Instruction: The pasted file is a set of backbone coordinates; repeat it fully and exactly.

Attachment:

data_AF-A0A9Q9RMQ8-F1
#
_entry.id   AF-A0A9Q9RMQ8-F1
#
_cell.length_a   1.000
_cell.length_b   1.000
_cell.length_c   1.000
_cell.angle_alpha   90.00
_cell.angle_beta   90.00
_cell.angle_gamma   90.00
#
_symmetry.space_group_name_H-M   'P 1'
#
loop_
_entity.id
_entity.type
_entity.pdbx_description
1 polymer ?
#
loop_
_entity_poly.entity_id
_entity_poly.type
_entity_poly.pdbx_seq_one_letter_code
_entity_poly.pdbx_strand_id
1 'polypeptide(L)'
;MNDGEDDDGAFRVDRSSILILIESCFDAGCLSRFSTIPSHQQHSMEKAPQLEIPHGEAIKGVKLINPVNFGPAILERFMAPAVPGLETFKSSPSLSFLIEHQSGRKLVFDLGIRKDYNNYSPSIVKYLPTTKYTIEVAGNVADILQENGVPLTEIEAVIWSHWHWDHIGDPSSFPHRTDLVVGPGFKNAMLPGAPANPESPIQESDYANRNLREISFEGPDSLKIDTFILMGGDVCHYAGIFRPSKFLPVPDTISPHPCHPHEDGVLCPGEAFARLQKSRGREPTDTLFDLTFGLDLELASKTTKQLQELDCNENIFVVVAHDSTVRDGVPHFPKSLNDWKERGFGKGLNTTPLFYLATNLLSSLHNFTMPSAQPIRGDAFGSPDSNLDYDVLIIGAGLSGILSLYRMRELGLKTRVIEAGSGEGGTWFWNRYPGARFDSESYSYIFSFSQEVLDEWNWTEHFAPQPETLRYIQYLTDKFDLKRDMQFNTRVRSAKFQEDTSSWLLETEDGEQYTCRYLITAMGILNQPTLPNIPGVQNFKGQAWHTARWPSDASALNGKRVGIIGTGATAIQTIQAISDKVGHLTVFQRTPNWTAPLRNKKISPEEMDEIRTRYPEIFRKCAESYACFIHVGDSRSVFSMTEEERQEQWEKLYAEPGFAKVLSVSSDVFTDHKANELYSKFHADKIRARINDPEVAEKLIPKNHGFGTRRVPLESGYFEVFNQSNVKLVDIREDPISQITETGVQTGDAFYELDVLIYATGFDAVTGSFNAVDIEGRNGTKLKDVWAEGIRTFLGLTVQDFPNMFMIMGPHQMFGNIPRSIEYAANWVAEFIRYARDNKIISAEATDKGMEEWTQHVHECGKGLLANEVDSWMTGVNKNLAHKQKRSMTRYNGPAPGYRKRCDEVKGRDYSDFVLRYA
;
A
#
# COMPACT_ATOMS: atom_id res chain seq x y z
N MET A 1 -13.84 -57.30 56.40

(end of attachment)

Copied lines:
data_AF-A0A9Q9RMQ8-F1
#
_entry.id   AF-A0A9Q9RMQ8-F1
#
_cell.length_a   1.000
_cell.length_b   1.000
_cell.length_c   1.000
_cell.angle_alpha   90.00
_cell.angle_beta   90.00
_cell.angle_gamma   90.00
#
_symmetry.space_group_name_H-M   'P 1'
#
loop_
_entity.id
_entity.type
_entity.pdbx_description
1 polymer ?
#
loop_
_entity_poly.entity_id
_entity_poly.type
_entity_poly.pdbx_seq_one_letter_code
_entity_poly.pdbx_strand_id
1 'polypeptide(L)'
;MNDGEDDDGAFRVDRSSILILIESCFDAGCLSRFSTIPSHQQHSMEKAPQLEIPHGEAIKGVKLINPVNFGPAILERFMAPAVPGLETFKSSPSLSFLIEHQSGRKLVFDLGIRKDYNNYSPSIVKYLPTTKYTIEVAGNVADILQENGVPLTEIEAVIWSHWHWDHIGDPSSFPHRTDLVVGPGFKNAMLPGAPANPESPIQESDYANRNLREISFEGPDSLKIDTFILMGGDVCHYAGIFRPSKFLPVPDTISPHPCHPHEDGVLCPGEAFARLQKSRGREPTDTLFDLTFGLDLELASKTTKQLQELDCNENIFVVVAHDSTVRDGVPHFPKSLNDWKERGFGKGLNTTPLFYLATNLLSSLHNFTMPSAQPIRGDAFGSPDSNLDYDVLIIGAGLSGILSLYRMRELGLKTRVIEAGSGEGGTWFWNRYPGARFDSESYSYIFSFSQEVLDEWNWTEHFAPQPETLRYIQYLTDKFDLKRDMQFNTRVRSAKFQEDTSSWLLETEDGEQYTCRYLITAMGILNQPTLPNIPGVQNFKGQAWHTARWPSDASALNGKRVGIIGTGATAIQTIQAISDKVGHLTVFQRTPNWTAPLRNKKISPEEMDEIRTRYPEIFRKCAESYACFIHVGDSRSVFSMTEEERQEQWEKLYAEPGFAKVLSVSSDVFTDHKANELYSKFHADKIRARINDPEVAEKLIPKNHGFGTRRVPLESGYFEVFNQSNVKLVDIREDPISQITETGVQTGDAFYELDVLIYATGFDAVTGSFNAVDIEGRNGTKLKDVWAEGIRTFLGLTVQDFPNMFMIMGPHQMFGNIPRSIEYAANWVAEFIRYARDNKIISAEATDKGMEEWTQHVHECGKGLLANEVDSWMTGVNKNLAHKQKRSMTRYNGPAPGYRKRCDEVKGRDYSDFVLRYA
;
A
#
# COMPACT_ATOMS: atom_id res chain seq x y z
N MET A 1 -13.84 -57.30 56.40